5.3.2 
    The Supervisory Board shall set up an audit committee which - unless another committee is responsible - in particular handles monitoring of the presentation of accounts, the accounting process the effectiveness of the internal monitoring system, the risk management system, the internal audit system, the auditing of the annual financial statements and and compliance.

    The audit committee presents a reasoned recommendation to the Supervisory Board for the election of the auditor, which in the case that the audit mandate is put out to tender must comprise at least two candidates. The audit committee monitors the independence of the auditor and also deals with the services additionally provided by the auditor, the issuance of the audit mandate to the auditor, the determination of focal points for the audit and the fee agreement.

    The chairperson of the audit committee shall have specialist knowledge of and experience in the application of accounting principles and internal control processes. He or she shall be independent and may only be a former member of the company Executive Board if his or her term of office ended at least two years previously. The chairperson of the Supervisory Board shall not hold the chair of the audit committee.

    5.3.3
    The Supervisory Board shall set up a nomination committee composed exclusively of shareholder representatives to appoint suitable candidates for the election of Supervisory Board members for the Supervisory Board's recommendation to the general meeting.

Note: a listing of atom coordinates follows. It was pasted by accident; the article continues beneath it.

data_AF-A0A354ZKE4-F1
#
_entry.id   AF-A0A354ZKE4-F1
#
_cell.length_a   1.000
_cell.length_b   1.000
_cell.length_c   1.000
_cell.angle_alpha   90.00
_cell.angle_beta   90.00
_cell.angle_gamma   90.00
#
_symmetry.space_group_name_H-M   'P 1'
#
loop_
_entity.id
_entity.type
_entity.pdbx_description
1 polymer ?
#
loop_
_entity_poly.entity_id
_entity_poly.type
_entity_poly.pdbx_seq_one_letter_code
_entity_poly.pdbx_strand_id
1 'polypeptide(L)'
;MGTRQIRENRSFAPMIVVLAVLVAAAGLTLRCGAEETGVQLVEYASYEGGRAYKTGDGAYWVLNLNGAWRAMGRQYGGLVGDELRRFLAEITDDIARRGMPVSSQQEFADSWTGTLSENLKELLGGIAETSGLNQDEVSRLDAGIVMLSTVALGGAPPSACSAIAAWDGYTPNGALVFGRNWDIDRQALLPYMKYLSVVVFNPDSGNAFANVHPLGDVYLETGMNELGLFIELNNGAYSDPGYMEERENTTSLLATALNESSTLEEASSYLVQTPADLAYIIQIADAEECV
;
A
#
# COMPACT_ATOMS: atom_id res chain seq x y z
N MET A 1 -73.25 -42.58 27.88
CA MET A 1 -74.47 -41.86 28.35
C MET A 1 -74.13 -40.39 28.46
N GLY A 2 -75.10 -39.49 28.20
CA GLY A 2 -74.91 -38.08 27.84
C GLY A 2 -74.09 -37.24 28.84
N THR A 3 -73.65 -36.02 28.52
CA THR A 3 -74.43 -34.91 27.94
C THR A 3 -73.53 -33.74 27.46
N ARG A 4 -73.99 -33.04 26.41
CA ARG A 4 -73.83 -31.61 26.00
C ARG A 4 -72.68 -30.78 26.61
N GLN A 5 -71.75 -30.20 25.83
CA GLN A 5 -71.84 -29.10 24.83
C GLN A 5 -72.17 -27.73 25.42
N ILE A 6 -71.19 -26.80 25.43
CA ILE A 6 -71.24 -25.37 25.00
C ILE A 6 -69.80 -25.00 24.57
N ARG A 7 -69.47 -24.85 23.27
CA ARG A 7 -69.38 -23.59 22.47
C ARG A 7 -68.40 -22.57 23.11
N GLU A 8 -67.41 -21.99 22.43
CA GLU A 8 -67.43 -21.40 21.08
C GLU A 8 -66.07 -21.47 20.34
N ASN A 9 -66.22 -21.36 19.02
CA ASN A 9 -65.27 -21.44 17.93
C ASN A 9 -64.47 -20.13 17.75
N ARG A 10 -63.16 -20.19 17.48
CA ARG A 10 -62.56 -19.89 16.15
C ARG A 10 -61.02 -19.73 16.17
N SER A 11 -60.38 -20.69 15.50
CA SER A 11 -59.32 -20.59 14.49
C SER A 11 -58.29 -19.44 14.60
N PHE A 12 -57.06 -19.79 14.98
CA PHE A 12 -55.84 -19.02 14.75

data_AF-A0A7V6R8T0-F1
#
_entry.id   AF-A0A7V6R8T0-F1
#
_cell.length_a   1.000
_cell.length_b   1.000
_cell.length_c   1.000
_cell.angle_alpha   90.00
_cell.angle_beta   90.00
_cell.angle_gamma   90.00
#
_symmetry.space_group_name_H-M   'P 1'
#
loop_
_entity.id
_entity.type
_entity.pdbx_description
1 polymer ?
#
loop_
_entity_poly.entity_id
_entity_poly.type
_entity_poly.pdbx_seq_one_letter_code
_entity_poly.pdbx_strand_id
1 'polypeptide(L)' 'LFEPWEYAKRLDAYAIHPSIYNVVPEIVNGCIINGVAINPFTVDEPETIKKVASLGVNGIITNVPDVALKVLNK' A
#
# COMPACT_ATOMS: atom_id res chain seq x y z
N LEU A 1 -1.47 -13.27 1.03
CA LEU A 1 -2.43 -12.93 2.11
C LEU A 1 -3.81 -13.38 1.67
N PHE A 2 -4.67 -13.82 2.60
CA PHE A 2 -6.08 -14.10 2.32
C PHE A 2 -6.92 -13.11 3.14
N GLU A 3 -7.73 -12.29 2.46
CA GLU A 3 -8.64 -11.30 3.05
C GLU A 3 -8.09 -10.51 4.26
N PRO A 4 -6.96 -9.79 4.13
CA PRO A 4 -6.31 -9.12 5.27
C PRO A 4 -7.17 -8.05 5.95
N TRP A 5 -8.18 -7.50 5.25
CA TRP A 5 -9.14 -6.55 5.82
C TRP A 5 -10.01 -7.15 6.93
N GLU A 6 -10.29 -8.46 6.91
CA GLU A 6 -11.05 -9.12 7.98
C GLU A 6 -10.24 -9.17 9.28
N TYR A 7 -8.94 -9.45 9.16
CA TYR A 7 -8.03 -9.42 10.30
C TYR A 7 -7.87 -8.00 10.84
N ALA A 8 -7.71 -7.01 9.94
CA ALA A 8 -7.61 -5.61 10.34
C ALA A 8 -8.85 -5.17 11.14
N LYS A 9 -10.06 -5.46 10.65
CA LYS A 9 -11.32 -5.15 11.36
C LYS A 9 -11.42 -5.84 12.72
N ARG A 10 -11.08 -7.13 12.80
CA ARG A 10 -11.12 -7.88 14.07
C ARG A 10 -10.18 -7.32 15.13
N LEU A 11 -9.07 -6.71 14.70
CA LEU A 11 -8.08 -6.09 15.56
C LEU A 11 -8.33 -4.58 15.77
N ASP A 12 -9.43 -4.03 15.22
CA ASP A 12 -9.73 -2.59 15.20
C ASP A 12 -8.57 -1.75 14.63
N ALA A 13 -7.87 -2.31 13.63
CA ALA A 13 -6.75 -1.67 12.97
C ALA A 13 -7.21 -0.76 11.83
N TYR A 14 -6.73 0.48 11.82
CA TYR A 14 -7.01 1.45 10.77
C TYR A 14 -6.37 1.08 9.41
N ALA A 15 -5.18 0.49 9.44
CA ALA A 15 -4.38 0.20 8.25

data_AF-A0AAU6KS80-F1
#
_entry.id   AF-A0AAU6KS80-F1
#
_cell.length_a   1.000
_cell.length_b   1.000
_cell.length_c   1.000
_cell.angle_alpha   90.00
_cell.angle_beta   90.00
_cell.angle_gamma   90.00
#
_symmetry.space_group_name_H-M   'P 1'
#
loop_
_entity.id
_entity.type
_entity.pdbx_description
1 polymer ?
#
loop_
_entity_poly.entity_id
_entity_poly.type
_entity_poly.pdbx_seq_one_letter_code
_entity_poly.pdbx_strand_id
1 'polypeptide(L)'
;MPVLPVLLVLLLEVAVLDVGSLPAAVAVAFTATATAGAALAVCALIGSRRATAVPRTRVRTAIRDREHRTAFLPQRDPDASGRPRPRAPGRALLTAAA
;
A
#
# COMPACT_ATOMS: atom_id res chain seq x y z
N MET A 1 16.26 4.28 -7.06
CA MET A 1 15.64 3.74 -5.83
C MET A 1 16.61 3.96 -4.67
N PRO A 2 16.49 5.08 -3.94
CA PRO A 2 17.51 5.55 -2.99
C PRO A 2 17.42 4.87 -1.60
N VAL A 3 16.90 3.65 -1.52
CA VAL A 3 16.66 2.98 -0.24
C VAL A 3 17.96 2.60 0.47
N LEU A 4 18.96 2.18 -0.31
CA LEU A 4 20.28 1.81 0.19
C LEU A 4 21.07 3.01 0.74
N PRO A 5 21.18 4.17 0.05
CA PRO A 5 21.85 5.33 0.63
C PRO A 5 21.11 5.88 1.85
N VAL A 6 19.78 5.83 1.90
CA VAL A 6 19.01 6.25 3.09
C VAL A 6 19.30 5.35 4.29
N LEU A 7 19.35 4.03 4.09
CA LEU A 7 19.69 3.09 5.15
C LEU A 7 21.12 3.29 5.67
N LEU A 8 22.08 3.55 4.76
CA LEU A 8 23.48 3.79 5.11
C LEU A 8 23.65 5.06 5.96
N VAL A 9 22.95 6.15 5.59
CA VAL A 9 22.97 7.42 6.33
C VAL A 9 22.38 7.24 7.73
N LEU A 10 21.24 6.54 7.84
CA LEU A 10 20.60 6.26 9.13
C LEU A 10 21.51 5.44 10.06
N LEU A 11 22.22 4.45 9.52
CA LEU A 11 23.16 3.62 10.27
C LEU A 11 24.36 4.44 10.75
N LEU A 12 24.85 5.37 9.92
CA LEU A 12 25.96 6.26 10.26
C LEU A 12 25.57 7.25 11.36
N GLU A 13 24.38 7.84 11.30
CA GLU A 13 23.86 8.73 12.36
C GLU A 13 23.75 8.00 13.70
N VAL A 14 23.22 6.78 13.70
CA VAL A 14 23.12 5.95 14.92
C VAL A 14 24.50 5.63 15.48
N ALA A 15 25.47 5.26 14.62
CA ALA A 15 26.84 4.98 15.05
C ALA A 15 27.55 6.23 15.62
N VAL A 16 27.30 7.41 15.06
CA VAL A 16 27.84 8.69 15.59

KRONES AG does not currently have a nomination committee.

    Committees are useful mainly when the size of a body means its work thus becomes more efficient. Six representatives of shareholders sit on the Supervisory Board of KRONES AG and present proposals. We do not therefore believe it necessary to establish a nomination committee. The work in question is conducted by the standing committee.

    5.4 Composition and Remuneration

    5.4.1
    The Supervisory Board must be comprised of members who together have all the necessary knowledge, skills and specialist experience to carry out Supervisory Board duties correctly and in full. 

    The Supervisory Board shall set concrete targets for its composition and draw up a skills profile for the full board. For its composition it shall, in line with the specific situation of the enterprise, take account of the international activities of the enterprise, potential conflicts of interest, the number of independent Supervisory Board members within the meaning of paragraph 5.4.2, a specified age limit for Supervisory Board members, a specified standard limit for the length of service on the Supervisory Board, and diversity. The particular rules of the co-determination laws must be observed for the elected employee representatives.

    In the case of listed companies for which the Co-determination Act, the Coal and Steel Co-determination Act or the Co-determination Supplementary Act applies, the Supervisory Board consists of to at least 30& of women and to at least 30% of men.* For the other companies covered by the Equality Act, the Supervisory Board defines targets for the proportion of women. 

    * From 1 January 2016, the minimum proportion of 30% of women and 30% of men on the Supervisory Board must be observed when there is a need for re-elections and secondments in order to fill one or more seats on the Supervisory Board (section 25 (2) of the Introductory Act of the German Stock Corporation Act as amended by the Equal Participation of Women and Men in Leadership Positions in the Private Sector and Civil Service Act from 24 April 2015, FLG I p. 642).